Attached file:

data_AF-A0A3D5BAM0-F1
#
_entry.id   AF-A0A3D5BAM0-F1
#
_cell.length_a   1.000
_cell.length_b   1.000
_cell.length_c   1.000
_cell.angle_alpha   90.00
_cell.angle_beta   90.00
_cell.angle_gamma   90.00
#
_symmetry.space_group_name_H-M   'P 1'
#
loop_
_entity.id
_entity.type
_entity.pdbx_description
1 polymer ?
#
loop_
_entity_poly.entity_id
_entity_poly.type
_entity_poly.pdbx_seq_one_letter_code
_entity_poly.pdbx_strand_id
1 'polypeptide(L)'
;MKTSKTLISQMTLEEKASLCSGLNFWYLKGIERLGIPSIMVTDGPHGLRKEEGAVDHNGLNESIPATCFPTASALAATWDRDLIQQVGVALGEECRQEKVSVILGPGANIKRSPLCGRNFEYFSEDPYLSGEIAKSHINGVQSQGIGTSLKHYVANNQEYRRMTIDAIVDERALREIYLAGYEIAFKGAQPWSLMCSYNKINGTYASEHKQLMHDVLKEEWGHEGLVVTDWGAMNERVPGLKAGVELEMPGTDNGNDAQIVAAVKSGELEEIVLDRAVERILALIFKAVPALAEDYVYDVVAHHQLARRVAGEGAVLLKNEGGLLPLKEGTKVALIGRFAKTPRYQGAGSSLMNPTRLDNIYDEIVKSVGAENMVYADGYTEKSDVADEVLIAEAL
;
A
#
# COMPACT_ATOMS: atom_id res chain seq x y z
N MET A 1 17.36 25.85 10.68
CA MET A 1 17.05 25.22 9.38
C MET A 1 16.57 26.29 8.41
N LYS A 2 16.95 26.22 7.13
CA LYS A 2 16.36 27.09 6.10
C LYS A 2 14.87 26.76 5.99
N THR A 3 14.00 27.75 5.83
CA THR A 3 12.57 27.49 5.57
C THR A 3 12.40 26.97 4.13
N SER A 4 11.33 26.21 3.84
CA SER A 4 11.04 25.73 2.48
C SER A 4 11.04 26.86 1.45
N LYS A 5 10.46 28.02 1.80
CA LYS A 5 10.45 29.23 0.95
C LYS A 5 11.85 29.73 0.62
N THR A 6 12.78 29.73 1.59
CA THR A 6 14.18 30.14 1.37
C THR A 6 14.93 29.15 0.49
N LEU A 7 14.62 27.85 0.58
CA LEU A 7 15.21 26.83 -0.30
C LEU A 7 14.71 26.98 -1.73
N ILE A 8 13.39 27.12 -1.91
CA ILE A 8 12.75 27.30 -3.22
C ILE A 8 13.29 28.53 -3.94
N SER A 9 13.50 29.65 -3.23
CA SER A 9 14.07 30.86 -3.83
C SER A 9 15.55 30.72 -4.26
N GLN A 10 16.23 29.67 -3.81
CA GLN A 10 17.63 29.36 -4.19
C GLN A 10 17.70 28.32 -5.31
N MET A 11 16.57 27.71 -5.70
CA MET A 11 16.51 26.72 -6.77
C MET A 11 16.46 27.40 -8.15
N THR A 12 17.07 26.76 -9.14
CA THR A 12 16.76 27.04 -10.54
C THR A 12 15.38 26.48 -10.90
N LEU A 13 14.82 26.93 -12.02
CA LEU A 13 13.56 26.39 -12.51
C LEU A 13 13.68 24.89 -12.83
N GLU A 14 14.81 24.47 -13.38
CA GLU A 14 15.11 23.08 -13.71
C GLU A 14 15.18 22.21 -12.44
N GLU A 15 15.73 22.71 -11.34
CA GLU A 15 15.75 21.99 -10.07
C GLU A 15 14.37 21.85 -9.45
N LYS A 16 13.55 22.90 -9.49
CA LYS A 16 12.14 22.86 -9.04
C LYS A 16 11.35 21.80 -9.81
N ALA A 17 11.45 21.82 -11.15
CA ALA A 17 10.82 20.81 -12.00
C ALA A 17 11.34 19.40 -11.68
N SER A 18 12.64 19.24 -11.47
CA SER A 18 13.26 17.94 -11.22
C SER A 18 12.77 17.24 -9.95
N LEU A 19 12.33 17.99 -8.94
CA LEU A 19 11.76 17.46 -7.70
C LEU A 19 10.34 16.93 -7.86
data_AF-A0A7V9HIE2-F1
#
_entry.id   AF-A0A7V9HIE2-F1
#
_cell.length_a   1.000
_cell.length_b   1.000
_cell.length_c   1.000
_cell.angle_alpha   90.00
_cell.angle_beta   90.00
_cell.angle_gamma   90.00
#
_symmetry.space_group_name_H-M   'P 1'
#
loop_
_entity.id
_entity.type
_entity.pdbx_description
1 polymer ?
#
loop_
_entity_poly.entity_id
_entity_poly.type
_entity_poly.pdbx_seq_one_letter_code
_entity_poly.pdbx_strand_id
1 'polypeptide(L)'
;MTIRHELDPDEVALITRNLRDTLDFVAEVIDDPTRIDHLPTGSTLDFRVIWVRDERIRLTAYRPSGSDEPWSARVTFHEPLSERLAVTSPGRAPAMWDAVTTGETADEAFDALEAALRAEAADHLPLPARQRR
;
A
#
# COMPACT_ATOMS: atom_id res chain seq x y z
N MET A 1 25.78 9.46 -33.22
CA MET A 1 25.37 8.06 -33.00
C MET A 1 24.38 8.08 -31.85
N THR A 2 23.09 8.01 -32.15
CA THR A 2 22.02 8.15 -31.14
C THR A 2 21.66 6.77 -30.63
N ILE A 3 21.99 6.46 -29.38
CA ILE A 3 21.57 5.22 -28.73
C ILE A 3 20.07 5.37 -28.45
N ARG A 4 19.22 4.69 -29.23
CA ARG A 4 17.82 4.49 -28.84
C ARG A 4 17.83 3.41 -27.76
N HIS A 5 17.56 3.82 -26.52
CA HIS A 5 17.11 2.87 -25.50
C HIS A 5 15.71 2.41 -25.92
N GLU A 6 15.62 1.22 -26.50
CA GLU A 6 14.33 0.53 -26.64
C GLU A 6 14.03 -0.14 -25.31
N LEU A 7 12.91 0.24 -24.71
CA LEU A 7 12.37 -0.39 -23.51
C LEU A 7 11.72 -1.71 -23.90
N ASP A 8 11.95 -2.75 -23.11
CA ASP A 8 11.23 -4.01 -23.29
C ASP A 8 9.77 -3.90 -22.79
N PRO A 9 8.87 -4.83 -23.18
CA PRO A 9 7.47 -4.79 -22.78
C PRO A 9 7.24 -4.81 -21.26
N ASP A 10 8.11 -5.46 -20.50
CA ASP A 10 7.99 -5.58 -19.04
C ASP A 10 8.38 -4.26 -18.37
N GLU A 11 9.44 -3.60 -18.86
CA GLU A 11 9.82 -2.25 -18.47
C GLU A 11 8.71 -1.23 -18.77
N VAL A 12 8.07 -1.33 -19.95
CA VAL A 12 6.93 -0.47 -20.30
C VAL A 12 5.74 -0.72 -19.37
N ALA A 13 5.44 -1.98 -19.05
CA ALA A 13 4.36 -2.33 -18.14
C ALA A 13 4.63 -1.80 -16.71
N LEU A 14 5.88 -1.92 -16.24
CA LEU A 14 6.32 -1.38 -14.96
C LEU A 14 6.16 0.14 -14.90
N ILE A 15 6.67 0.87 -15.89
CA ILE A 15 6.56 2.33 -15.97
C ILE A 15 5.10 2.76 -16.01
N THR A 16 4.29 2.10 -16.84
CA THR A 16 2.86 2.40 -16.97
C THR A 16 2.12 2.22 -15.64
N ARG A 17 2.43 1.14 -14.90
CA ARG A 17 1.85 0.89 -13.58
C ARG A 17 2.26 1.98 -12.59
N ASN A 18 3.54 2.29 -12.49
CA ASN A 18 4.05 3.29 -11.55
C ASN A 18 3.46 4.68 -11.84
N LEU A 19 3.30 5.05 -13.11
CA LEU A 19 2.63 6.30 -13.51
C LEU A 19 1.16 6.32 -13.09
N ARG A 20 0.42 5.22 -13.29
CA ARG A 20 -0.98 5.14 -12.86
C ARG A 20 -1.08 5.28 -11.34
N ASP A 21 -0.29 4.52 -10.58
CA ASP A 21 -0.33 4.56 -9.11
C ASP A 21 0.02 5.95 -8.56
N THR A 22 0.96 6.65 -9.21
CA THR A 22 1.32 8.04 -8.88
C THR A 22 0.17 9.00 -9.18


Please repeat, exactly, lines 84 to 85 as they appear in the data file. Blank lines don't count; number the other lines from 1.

C SER A 18 12.77 17.24 -9.95
N LEU A 19 12.33 17.99 -8.94